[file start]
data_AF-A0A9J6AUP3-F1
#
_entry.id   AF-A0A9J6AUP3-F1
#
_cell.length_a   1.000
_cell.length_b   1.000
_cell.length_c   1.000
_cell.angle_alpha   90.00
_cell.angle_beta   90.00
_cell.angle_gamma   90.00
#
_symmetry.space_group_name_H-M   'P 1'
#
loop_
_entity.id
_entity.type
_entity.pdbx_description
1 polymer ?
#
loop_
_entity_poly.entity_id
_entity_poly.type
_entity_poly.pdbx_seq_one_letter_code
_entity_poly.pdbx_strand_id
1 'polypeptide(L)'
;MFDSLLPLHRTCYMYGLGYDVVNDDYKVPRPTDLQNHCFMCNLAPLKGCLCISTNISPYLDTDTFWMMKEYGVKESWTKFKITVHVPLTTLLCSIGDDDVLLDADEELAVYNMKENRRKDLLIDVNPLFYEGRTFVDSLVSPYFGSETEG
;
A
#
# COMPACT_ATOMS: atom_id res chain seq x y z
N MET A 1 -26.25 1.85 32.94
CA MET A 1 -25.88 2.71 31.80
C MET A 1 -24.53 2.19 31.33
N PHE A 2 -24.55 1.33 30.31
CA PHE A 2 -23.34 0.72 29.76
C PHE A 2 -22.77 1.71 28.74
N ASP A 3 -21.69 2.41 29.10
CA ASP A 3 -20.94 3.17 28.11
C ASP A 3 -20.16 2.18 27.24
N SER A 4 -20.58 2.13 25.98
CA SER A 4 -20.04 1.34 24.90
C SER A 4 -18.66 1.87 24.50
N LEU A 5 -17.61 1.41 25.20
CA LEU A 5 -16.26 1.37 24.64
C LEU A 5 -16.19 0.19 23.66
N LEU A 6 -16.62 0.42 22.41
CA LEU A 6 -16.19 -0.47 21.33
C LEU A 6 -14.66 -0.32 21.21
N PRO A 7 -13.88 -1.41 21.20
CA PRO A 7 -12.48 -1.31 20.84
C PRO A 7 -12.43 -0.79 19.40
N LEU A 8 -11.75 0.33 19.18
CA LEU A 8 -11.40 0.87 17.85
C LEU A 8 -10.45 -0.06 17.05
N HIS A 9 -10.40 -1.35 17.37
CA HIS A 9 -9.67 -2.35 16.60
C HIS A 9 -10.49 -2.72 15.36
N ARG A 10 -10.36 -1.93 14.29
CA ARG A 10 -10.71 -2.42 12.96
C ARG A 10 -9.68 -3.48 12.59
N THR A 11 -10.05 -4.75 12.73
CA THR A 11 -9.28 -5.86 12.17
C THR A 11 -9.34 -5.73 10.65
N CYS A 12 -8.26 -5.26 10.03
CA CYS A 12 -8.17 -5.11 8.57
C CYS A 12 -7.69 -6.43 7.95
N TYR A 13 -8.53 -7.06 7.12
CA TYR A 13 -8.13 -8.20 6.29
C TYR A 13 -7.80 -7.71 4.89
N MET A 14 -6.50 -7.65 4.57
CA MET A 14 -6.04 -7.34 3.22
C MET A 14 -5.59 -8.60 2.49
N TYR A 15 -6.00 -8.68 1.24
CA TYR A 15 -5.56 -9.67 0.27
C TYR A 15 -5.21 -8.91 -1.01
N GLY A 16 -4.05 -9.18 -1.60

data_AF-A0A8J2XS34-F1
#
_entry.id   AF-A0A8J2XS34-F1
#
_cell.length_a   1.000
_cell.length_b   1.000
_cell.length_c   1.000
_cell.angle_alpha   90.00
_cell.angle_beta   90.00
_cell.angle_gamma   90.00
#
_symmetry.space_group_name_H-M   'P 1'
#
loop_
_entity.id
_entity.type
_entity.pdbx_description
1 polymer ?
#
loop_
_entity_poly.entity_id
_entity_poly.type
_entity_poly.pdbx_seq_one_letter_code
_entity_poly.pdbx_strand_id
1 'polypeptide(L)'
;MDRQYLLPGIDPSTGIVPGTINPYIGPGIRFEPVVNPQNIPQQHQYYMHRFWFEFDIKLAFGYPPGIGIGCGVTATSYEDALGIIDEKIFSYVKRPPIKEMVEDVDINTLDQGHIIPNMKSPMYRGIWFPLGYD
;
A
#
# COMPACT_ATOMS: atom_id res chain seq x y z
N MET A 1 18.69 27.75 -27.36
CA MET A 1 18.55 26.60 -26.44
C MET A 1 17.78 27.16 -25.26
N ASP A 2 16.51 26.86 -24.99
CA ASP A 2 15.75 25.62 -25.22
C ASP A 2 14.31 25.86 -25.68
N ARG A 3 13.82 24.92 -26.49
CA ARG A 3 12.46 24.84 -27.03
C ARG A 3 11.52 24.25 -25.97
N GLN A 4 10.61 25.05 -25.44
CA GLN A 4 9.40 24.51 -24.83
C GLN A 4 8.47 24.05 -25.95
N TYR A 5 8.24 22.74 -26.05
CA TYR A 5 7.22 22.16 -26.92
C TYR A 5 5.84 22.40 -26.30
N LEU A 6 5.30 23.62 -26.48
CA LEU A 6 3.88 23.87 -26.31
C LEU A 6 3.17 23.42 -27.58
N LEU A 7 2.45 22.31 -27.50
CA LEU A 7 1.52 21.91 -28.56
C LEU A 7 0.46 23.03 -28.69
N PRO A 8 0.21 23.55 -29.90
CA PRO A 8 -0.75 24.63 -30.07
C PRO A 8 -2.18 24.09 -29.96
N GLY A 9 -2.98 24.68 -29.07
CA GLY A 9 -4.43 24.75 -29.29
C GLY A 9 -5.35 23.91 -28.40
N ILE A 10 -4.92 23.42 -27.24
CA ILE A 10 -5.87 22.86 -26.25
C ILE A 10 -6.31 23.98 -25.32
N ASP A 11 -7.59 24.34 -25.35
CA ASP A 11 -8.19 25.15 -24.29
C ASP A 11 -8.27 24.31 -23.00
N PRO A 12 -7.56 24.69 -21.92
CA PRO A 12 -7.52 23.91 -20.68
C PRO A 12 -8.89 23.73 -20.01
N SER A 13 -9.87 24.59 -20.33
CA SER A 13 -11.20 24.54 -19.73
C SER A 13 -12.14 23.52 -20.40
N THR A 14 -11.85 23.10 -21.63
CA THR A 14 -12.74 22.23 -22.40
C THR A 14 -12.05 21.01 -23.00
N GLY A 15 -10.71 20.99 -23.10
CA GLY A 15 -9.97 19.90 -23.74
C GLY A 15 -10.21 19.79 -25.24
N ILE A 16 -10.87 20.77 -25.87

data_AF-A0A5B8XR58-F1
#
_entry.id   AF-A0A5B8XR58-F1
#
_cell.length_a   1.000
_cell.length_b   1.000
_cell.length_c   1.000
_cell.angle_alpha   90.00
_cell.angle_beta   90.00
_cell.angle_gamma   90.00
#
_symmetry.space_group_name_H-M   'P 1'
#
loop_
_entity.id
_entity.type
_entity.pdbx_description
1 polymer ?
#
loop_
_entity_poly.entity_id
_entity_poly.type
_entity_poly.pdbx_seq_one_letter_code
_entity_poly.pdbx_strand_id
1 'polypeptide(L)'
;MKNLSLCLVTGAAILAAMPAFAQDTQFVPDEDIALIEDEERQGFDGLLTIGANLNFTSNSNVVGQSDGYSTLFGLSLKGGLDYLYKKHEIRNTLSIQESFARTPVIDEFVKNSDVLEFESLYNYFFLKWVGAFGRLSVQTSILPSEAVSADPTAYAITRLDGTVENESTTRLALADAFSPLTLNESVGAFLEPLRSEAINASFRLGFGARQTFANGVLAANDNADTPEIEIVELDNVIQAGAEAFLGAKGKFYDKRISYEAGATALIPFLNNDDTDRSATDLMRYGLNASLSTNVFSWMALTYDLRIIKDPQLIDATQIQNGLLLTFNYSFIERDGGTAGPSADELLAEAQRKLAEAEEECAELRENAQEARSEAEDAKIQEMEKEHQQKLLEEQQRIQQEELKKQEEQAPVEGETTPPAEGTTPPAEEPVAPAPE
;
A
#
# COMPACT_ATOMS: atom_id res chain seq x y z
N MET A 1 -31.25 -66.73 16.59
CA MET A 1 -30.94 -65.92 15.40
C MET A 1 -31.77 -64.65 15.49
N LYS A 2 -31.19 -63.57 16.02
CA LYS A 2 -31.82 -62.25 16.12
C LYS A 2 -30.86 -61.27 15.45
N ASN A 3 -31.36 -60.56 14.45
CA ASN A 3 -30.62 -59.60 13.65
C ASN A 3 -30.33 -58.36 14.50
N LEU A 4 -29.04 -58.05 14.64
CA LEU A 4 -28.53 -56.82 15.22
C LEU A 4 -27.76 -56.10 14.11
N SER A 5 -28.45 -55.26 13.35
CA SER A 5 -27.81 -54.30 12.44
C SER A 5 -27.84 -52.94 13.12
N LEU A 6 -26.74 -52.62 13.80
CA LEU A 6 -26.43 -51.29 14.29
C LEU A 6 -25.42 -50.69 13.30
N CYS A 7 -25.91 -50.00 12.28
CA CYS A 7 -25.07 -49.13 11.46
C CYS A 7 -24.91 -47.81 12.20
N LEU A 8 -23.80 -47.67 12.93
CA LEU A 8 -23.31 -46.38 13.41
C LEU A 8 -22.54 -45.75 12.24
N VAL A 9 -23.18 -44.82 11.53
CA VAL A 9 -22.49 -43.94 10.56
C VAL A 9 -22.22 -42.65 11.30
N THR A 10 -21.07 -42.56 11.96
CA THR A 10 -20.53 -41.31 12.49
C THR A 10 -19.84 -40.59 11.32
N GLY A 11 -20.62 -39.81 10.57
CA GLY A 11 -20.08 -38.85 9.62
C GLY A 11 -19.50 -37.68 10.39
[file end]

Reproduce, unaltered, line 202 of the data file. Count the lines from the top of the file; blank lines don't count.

CA CYS A 7 -25.07 -49.13 11.46